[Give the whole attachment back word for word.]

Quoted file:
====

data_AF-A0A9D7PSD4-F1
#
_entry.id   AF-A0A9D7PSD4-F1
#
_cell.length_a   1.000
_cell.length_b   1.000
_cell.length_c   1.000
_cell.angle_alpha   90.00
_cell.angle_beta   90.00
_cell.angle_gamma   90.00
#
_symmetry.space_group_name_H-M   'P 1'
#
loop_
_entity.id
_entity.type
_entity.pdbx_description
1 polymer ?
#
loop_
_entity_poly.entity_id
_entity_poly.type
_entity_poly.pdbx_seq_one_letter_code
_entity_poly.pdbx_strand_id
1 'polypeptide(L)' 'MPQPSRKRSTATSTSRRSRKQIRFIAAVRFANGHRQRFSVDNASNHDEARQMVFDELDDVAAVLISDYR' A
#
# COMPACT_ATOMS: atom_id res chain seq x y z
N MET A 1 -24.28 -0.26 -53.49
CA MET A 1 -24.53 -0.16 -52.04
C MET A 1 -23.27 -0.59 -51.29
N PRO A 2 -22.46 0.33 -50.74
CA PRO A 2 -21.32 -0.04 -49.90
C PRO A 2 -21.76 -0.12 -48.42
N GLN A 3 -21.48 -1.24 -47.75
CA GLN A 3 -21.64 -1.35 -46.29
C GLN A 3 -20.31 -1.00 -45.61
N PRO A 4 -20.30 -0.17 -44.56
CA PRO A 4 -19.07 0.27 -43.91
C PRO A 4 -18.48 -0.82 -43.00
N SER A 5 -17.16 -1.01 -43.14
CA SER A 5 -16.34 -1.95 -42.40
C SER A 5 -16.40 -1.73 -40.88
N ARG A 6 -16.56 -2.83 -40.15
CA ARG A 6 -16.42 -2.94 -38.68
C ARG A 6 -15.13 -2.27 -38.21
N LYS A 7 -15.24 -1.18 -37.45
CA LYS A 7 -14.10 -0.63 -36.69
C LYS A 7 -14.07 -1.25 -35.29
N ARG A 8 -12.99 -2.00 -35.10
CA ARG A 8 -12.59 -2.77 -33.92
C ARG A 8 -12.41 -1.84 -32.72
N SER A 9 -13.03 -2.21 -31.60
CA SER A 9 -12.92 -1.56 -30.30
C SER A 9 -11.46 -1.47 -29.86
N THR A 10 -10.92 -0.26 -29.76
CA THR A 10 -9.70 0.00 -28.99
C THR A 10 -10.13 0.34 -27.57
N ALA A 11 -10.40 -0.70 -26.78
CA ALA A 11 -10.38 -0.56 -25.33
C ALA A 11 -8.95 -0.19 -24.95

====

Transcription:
data_AF-A0A9D7PSD4-F1
#
_entry.id   AF-A0A9D7PSD4-F1
#
_cell.length_a   1.000
_cell.length_b   1.000
_cell.length_c   1.000
_cell.angle_alpha   90.00
_cell.angle_beta   90.00
_cell.angle_gamma   90.00
#
_symmetry.space_group_name_H-M   'P 1'
#
loop_
_entity.id
_entity.type
_entity.pdbx_description
1 polymer ?
#
loop_
_entity_poly.entity_id
_entity_poly.type
_entity_poly.pdbx_seq_one_letter_code
_entity_poly.pdbx_strand_id
1 'polypeptide(L)' 'MPQPSRKRSTATSTSRRSRKQIRFIAAVRFANGHRQRFSVDNASNHDEARQMVFDELDDVAAVLISDYR' A
#
# COMPACT_ATOMS: atom_id res chain seq x y z
N MET A 1 -24.28 -0.26 -53.49
CA MET A 1 -24.53 -0.16 -52.04
C MET A 1 -23.27 -0.59 -51.29
N PRO A 2 -22.46 0.33 -50.74
CA PRO A 2 -21.32 -0.04 -49.90
C PRO A 2 -21.76 -0.12 -48.42
N GLN A 3 -21.48 -1.24 -47.75
CA GLN A 3 -21.64 -1.35 -46.29
C GLN A 3 -20.31 -1.00 -45.61
N PRO A 4 -20.30 -0.17 -44.56
CA PRO A 4 -19.07 0.27 -43.91
C PRO A 4 -18.48 -0.82 -43.00
N SER A 5 -17.16 -1.01 -43.14
CA SER A 5 -16.34 -1.95 -42.40
C SER A 5 -16.40 -1.73 -40.88
N ARG A 6 -16.56 -2.83 -40.15
CA ARG A 6 -16.42 -2.94 -38.68
C ARG A 6 -15.13 -2.27 -38.21
N LYS A 7 -15.24 -1.18 -37.45
CA LYS A 7 -14.10 -0.63 -36.69
C LYS A 7 -14.07 -1.25 -35.29
N ARG A 8 -12.99 -2.00 -35.10
CA ARG A 8 -12.59 -2.77 -33.92
C ARG A 8 -12.41 -1.84 -32.72
N SER A 9 -13.03 -2.21 -31.60
CA SER A 9 -12.92 -1.56 -30.30
C SER A 9 -11.46 -1.47 -29.86
N THR A 10 -10.92 -0.26 -29.76
CA THR A 10 -9.70 0.00 -28.99
C THR A 10 -10.13 0.34 -27.57
N ALA A 11 -10.40 -0.70 -26.78
CA ALA A 11 -10.38 -0.56 -25.33
C ALA A 11 -8.95 -0.19 -24.95